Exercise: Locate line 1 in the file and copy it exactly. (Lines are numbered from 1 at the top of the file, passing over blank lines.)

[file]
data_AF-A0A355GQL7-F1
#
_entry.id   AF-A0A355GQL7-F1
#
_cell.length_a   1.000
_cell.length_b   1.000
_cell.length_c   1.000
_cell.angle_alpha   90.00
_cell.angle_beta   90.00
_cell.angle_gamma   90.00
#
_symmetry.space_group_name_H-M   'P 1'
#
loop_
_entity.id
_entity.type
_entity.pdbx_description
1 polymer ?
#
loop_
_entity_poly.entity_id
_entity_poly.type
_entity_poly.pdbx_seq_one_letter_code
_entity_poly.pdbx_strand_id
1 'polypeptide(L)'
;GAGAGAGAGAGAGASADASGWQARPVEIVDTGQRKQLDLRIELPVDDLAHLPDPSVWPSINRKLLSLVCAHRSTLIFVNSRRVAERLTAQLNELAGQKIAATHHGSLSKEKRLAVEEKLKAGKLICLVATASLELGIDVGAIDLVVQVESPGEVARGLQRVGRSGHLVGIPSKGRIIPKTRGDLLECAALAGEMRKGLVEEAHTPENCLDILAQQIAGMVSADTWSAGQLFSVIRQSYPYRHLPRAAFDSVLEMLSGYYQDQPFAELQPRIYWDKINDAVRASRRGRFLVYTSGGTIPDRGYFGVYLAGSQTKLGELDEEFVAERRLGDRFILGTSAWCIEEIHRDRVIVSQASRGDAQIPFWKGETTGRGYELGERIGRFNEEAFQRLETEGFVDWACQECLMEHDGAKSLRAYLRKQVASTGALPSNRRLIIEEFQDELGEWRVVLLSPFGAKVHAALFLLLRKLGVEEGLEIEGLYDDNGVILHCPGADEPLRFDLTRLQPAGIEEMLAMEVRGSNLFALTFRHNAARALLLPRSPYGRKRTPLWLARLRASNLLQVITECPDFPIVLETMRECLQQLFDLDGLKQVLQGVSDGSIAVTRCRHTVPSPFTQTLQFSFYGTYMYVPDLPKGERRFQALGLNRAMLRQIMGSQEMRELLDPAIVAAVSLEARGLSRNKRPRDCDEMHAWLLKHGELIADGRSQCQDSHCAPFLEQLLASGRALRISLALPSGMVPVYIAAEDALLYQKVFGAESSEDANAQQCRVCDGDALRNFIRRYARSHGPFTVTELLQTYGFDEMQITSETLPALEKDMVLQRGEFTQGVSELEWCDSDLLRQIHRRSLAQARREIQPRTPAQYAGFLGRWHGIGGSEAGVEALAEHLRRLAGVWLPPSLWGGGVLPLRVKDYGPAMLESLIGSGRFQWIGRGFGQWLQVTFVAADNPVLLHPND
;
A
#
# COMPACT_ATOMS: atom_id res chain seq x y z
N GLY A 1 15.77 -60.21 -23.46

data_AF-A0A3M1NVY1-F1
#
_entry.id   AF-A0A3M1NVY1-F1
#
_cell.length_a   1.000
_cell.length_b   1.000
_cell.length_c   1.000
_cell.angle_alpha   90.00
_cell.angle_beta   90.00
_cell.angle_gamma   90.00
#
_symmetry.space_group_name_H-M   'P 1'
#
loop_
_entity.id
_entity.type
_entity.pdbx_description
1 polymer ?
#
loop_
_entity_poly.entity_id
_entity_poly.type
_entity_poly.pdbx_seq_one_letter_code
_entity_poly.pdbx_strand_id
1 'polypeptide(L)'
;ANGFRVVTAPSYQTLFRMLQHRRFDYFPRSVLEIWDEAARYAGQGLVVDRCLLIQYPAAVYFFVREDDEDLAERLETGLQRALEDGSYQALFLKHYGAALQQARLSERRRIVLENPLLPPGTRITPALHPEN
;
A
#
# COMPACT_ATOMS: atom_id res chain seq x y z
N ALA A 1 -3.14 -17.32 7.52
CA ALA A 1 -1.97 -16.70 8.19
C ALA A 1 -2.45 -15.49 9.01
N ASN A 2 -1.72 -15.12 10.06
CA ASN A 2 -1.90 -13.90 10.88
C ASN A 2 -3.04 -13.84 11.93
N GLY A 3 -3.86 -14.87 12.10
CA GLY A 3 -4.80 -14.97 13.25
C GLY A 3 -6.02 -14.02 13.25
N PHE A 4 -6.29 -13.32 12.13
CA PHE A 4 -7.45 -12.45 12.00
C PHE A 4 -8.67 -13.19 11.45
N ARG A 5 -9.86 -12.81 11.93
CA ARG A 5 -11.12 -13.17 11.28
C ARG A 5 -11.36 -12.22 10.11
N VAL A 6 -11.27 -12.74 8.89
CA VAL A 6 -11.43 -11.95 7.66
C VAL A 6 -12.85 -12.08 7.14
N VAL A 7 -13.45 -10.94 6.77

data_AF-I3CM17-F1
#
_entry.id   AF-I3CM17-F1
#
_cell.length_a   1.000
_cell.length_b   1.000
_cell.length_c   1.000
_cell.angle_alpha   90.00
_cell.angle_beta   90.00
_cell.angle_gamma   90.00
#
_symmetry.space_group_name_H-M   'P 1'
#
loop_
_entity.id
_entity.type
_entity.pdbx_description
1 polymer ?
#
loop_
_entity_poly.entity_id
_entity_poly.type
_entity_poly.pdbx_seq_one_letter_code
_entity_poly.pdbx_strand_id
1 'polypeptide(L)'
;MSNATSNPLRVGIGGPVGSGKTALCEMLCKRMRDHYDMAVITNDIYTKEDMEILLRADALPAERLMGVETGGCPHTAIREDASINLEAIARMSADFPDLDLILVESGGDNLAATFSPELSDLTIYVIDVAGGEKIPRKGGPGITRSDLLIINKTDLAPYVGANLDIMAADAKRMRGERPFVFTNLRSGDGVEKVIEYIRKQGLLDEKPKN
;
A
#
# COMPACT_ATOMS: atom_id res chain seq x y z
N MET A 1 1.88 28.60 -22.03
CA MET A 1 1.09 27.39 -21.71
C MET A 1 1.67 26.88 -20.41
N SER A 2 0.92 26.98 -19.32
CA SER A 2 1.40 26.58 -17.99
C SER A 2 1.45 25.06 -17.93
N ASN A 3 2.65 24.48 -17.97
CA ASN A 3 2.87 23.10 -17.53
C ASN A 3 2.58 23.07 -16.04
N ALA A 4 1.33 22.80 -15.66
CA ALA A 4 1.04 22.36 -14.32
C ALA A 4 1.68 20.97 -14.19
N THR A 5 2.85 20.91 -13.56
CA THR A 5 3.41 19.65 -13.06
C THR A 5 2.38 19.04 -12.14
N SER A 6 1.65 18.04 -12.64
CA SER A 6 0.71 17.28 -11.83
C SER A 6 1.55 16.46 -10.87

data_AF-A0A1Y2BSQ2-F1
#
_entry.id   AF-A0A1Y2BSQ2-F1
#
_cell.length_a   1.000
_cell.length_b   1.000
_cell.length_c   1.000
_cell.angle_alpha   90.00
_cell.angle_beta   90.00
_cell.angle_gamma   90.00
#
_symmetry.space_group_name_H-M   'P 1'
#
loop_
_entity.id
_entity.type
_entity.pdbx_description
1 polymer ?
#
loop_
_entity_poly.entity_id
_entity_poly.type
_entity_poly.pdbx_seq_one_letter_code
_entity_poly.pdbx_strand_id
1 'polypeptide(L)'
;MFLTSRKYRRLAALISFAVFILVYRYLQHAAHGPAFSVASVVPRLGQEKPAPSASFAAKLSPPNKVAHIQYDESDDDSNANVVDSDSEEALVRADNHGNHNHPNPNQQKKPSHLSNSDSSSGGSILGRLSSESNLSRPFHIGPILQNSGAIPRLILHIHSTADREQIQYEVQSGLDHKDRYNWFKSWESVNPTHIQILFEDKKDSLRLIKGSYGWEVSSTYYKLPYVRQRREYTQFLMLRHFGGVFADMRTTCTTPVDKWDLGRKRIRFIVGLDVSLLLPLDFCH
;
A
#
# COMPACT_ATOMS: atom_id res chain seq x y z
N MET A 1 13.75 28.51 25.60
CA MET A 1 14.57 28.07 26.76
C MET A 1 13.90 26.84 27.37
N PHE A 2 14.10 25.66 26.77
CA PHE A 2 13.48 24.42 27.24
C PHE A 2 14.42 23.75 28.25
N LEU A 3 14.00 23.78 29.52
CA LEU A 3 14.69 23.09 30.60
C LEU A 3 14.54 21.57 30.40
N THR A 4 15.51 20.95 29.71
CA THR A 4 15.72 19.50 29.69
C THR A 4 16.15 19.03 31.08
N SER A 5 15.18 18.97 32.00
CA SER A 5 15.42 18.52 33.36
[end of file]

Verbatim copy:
data_AF-A0A355GQL7-F1